A weird sphere pops up over Earth and attacks, killing 7 million. Enterprise is recalled and on the way home, Silik and his future guy boss tell Archer that a species called the Xindi is responsible — as they think humanity will destroy them in the future — and that an even larger attack is coming. Archer makes his case to Starfleet, over the objection of Ambassador Soval, and sets course for coordinates given to him by future guy, which Soval says are in a particularly nasty part of space called the Delphic Expanse. Without clearance from Soval, T’Pol resigns her commission to help Archer with the mission. Enterprise has to deal with some Klingons out to get Archer (wrapping up a mini-thread from late in the second season) but makes it to the expanse as the episode and season end.
Why it’s important
Well, the entire series basically changed in this episode. The attack on Earth is hugely important for Enterprise and Trek generally, and the ship’s mission in the third season truly needed to succeed for everything we saw in previous Trek to still have happened. No Earth, no Federation, no Starfleet, no Kirk singing around the campfire with Spock and McCoy, no Picard rolling his eyes at Q’s jokes, no Sisko fooling the Romulans into a war and no Janeway going through shuttles like Pez.
Interestingly, the fact that we knew the creators wouldn’t undo all of that sort of undercuts the drama in the third season — we know Earth won’t be destroyed — which basically makes the Xindi arc about HOW Archer will save Earth, not whether he would.
What doesn’t hold up
Well, big picture, I can’t not mention that in all the Trek that takes place after Enterprise, we never hear of the Xindi or this attack. There are plenty of lines in Star Trek about how some threat to Earth is the biggest since the “last World War,” (or something similar) without any mention of the death of 7 million and the possibility of another, more cataclysmic attack. The only way you can write this off is to figure that the events of Enterprise are in an alternate timeline, perhaps created by all the time travel in previous series. Maybe Data winning at poker in 19th-century San Francisco is to blame? Or that time Chekov left a Klingon phaser behind in 1986?
Lastly, why did the Xindi mount a small attack before the big one? That’s probably the biggest logical issue with the entire Xindi storyline, because without the initial attack — which wasn’t necessary from the Xindi perspective, as the final attack was aiming to destroy the entire planet — Starfleet wouldn’t have known to send Archer to the Delphi Expanse.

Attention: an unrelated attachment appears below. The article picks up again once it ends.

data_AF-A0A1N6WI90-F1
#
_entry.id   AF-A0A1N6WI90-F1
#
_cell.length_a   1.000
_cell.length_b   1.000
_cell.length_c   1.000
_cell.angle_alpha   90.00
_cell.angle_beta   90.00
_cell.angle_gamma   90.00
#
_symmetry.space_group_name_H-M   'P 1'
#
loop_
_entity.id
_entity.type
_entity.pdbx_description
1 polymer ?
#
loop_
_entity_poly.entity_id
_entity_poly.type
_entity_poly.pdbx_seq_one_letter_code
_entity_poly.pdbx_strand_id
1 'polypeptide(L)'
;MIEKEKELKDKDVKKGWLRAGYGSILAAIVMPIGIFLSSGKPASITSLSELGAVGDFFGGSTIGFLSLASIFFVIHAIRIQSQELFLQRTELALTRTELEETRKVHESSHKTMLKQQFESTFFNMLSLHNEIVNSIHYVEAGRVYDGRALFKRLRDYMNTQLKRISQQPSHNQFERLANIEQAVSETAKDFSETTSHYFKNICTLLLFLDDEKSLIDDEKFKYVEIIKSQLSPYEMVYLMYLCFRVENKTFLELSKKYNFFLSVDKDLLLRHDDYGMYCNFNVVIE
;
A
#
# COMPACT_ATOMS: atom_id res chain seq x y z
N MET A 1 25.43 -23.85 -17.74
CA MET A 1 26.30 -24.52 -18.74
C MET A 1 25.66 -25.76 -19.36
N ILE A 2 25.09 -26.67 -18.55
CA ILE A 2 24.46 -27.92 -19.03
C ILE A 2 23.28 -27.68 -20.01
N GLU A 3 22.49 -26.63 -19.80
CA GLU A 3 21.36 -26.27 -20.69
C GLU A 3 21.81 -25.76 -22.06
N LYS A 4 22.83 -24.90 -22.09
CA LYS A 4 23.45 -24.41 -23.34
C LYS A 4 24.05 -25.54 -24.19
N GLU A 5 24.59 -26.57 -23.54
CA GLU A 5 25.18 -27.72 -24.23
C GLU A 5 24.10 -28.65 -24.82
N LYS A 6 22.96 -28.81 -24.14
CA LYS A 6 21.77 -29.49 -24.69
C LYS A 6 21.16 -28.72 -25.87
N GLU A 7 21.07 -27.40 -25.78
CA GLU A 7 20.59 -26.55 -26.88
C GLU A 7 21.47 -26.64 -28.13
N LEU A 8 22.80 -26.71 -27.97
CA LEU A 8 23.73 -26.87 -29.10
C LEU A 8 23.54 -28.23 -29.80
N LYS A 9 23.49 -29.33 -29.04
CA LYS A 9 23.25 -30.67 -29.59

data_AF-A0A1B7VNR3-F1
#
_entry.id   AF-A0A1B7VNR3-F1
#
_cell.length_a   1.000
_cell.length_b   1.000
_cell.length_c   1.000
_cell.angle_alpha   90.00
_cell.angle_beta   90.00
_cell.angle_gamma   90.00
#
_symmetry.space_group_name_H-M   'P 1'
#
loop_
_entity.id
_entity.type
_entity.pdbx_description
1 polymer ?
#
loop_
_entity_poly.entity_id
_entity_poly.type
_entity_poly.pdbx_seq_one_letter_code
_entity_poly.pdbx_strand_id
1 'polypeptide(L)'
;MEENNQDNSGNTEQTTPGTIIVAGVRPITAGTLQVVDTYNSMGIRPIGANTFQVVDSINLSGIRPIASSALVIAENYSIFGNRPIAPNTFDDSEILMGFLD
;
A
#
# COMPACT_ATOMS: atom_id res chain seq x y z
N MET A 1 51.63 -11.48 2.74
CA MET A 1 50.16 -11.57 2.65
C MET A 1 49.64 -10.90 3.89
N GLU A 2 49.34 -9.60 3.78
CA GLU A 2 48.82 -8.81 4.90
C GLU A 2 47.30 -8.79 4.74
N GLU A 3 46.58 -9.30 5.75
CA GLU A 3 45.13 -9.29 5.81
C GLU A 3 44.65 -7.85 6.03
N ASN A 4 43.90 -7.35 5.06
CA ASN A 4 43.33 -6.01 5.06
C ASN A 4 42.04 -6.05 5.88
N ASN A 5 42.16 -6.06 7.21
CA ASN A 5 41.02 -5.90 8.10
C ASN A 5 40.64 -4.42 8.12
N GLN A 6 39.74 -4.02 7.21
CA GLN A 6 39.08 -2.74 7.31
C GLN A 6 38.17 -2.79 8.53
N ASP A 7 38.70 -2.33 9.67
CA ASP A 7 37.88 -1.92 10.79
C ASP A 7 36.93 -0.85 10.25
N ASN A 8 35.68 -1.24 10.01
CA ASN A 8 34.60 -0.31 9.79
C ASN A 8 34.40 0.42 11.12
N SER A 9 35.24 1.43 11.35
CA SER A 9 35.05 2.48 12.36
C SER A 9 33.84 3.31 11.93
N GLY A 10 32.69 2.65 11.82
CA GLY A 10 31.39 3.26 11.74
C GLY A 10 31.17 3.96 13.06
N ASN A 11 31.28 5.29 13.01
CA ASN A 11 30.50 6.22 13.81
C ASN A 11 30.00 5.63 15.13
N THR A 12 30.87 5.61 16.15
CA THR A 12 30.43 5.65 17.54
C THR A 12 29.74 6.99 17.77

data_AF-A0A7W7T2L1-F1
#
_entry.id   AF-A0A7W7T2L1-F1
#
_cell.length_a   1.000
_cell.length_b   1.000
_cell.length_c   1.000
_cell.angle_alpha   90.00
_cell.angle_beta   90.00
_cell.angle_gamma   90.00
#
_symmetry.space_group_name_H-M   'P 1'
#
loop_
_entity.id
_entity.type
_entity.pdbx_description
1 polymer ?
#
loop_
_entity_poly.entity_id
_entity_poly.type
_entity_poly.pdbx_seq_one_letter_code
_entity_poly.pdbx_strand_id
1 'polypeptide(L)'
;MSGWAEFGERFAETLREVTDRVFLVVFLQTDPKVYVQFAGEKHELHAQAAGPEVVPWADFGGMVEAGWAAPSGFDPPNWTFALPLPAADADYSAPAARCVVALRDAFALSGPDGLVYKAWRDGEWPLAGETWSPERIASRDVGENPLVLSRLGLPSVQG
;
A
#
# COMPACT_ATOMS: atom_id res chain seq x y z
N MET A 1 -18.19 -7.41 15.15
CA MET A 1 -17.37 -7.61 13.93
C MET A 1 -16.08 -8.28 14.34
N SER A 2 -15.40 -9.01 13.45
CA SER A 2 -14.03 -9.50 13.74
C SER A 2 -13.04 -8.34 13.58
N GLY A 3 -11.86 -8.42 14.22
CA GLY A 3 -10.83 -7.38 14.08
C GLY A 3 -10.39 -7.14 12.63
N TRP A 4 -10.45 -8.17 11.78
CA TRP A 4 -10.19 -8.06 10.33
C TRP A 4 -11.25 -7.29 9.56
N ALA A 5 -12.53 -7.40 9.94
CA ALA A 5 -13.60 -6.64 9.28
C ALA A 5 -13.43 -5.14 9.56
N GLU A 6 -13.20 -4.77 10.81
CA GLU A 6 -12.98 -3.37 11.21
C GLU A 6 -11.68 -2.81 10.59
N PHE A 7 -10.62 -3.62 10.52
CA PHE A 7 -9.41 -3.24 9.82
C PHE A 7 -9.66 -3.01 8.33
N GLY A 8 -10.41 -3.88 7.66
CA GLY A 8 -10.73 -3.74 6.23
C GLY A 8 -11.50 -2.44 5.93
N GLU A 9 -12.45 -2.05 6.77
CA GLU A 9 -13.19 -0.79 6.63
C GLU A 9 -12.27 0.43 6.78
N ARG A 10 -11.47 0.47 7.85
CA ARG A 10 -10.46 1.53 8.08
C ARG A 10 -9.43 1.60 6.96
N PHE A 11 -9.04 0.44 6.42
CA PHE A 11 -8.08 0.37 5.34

I’m a big fan of season three of Enterprise, but that logical flaw is something that takes away from the overall quality.
The attack, of course, is an obvious parallel to 9/11, which occurred about 18 months before this episode aired. Interestingly, much of the first season was shot before 9/11, even though it didn’t air until after. That’s one explanation I’ve heard regarding the first season’s unevenness — and the show’s general inability to connect with audiences.
Now, not a lot of fans liked where the series went after “The Expanse” and were probably unnerved by how the Archer/Trip scene in this episode indicated a darker, non-Roddenberry approach to the third season that clearly was meant to echo the politics of the early aughts. While that’s certainly a fair criticism at points, it’s not a major problem (IMO) if you watch the ENTIRE third season. It never QUITE gets to the point where the the characters aren’t at least torn up about their actions. Despite some dabbling (to be kind) in moral ambiguity, Archer and Co., as we’ll discuss, eventually get back to Trek idealism. Stay tuned on that.
All that said, Trek is at its best when it makes you think. And whether you like season three or hate it, it’s not the sometimes boring, by-the-numbers fare that we saw for much of early Enterprise that made the show feel dated. Put another way, season three’s ambition beats the malaise of much of seasons one and two, at least, in my humble opinion.
Last point: T’Pol’s decision to remain with Enterprise is one of the high points for the series. Her growing respect and even devotion to Archer was a well-crafted part of Enterprise’s first two seasons — as it developed slowly and believably over time. We pointed this out in our previous review, but it’s worth noting that the Archer-T’Pol relationship was as multi-faceted as (or close to) anything we saw in Trek — though it helps to forget that the absolutely horrid “A Night in Sickbay” ever happened. And it’s unlikely Archer’s mission in the Delphic Expanse would have succeeded if T’Pol had left the ship.
Coming next time …
The season of “This isn’t open for debate” begins.